18th Jan 2012
Despite the hype, social networking did little to influence the way US consumers shopped in the run up to Christmas, a new study has found.
Despite improvements in the way information is personalised through Facebook, mobile phones and tablets, the shopping experience across those channels lags far behind traditional ecommerce websites, according to a study by ecommerce personalisation specialist Baynote.
According to its analysis, the vast majority of shoppers (nearly 80%) said social networks had no influence on their holiday purchase decisions. But given that 55% said getting advice on products from friends was important, Baynote says retailers are missing an opportunity to exploit the social graph.
At the same time, less than 9% of consumers purchased something from a retailer's Facebook fan page yet 20% made a purchase on an ecommerce website based on a promotion seen on Facebook.
Email and search delivered shoppers the most relevant product recommendations, outperforming ecommerce sites and in-store sales associates. Coupons and promotions delivered via email, direct mail and search were more useful to shoppers than daily deal sites and social networks
Overall, more than 84% of consumers said their online shopping experience this season was "good" or "excellent," up from 78% last year. The attributes consumers said were most important to ensuring a positive online shopping experience included a smooth checkout process, effective on-site navigation and search, informative user reviews and comments, and personalised product recommendations, although consumers indicated there is room for improvement across the board.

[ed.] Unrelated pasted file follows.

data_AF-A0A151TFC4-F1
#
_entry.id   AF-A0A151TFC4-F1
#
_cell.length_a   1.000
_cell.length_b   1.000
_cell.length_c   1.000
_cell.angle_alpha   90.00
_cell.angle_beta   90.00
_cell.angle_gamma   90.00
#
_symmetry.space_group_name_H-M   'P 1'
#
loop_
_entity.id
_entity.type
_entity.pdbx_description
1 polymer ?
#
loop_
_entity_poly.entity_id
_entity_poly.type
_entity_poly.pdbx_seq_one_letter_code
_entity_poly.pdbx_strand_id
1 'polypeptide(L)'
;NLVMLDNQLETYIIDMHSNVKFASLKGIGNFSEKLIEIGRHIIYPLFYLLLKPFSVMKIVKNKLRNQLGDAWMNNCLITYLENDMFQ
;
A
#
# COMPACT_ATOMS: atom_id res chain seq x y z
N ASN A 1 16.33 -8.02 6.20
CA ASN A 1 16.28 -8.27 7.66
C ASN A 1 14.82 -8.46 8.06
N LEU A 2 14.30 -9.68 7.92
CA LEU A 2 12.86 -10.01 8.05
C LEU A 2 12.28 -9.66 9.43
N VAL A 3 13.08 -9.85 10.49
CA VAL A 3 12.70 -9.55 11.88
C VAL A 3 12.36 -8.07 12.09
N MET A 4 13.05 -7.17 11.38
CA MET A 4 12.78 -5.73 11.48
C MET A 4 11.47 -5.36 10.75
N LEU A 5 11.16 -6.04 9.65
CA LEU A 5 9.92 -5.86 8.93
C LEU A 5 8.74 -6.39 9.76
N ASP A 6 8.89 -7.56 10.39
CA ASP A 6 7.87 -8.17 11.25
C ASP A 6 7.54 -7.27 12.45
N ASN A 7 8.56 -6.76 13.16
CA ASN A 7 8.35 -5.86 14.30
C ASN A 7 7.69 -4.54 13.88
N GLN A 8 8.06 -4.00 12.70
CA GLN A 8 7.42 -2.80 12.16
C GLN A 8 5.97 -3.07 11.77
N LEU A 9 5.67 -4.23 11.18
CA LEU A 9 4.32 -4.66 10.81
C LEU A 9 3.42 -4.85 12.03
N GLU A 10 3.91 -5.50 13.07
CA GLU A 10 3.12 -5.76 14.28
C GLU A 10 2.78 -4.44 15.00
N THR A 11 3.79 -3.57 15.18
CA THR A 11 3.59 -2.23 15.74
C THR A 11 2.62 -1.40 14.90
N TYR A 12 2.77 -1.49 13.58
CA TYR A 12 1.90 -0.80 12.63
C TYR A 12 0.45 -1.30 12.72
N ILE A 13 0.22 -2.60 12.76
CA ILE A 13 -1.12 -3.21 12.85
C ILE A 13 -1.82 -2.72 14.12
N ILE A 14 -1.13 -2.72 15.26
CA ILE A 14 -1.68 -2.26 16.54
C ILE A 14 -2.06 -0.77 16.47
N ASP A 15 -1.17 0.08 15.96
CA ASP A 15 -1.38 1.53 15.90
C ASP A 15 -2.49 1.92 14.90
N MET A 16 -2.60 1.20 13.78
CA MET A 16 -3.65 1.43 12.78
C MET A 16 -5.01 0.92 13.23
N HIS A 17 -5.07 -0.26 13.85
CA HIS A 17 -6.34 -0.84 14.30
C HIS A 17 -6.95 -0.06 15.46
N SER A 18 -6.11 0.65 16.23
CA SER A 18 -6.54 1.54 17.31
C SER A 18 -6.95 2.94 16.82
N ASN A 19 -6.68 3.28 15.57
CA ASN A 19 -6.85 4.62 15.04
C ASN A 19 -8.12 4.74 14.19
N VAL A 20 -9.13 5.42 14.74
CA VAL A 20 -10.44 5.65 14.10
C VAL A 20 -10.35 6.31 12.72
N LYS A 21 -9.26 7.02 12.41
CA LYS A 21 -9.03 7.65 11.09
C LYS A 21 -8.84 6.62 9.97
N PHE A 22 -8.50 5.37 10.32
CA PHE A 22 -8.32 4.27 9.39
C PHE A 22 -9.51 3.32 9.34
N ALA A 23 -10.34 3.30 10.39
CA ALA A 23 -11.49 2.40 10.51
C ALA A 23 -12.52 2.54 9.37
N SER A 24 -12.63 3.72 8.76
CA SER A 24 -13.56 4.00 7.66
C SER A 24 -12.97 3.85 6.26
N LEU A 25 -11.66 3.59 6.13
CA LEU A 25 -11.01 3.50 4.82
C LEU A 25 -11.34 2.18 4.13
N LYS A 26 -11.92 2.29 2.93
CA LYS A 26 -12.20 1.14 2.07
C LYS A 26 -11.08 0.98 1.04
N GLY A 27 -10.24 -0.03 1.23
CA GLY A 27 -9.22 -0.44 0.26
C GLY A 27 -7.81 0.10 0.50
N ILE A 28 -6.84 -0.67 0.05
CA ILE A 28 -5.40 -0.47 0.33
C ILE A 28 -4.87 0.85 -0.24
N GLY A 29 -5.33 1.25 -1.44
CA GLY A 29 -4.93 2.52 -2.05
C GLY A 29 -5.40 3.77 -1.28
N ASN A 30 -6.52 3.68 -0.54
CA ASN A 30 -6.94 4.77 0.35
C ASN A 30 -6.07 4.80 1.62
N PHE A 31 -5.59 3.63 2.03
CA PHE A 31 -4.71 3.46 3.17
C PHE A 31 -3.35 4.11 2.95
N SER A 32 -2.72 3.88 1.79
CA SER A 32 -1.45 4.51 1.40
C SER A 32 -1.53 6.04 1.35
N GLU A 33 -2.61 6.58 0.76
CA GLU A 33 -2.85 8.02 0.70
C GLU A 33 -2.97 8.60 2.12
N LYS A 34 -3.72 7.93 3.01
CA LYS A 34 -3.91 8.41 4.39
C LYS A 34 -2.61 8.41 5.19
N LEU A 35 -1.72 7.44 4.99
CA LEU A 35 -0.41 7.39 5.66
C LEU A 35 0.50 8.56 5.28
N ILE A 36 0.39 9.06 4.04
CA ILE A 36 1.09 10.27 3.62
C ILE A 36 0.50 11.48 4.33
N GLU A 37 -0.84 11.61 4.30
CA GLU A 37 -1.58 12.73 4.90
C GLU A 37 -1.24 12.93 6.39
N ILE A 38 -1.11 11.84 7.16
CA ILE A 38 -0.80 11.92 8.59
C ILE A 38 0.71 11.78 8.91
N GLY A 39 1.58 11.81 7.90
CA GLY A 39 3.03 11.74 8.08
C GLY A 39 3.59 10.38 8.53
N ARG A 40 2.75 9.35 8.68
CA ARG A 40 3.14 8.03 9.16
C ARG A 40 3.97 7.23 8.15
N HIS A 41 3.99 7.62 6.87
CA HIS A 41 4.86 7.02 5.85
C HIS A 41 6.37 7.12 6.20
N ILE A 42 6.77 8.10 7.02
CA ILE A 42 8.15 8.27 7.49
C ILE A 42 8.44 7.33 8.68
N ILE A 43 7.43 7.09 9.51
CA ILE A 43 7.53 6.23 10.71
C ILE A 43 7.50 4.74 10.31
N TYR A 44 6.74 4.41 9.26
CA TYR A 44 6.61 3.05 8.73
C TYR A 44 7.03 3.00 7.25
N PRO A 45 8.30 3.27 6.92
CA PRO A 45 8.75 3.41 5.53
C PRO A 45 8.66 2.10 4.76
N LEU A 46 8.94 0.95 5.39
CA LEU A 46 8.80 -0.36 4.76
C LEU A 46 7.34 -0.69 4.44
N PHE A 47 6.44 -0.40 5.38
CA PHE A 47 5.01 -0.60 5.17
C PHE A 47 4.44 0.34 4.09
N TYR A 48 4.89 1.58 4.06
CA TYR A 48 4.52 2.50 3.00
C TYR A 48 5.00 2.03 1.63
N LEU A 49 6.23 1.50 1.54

"With so much hype around emerging channels this holiday season, our survey shows online retailers which of them actually delivered the best online experience," said Anurag Wadehra, chief marketing officer for Baynote. "While social, mobile and tablets all have tremendous potential, retailers need to improve the customer shopping experience across these new channels. This holds particularly true for the tablet, which we expect will dominate all other emerging channels in the coming year."
Consumers were generally satisfied with privacy controls across ecommerce channels this year, except on Facebook, which has publically struggled to quell the privacy concerns of its users; more than one out of five people said it did not meet their expectations on privacy.